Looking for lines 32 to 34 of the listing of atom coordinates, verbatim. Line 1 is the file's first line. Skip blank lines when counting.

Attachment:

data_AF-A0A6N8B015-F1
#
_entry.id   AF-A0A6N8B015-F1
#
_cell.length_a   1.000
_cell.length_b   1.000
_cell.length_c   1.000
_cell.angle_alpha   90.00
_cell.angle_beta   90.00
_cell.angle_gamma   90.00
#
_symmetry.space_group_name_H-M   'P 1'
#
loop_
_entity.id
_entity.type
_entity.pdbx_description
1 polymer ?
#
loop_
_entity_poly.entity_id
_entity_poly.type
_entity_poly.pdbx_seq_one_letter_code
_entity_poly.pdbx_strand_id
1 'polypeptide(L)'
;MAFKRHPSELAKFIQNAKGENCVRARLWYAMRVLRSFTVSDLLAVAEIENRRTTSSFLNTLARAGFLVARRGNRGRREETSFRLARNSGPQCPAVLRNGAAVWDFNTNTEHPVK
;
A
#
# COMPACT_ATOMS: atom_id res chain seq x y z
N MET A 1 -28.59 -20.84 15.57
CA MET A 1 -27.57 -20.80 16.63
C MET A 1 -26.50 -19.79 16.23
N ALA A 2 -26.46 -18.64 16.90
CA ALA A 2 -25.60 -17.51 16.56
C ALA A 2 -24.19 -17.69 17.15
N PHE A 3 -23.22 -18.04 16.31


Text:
CA MET A 1 -27.57 -20.80 16.63
C MET A 1 -26.50 -19.79 16.23
N ALA A 2 -26.46 -18.64 16.90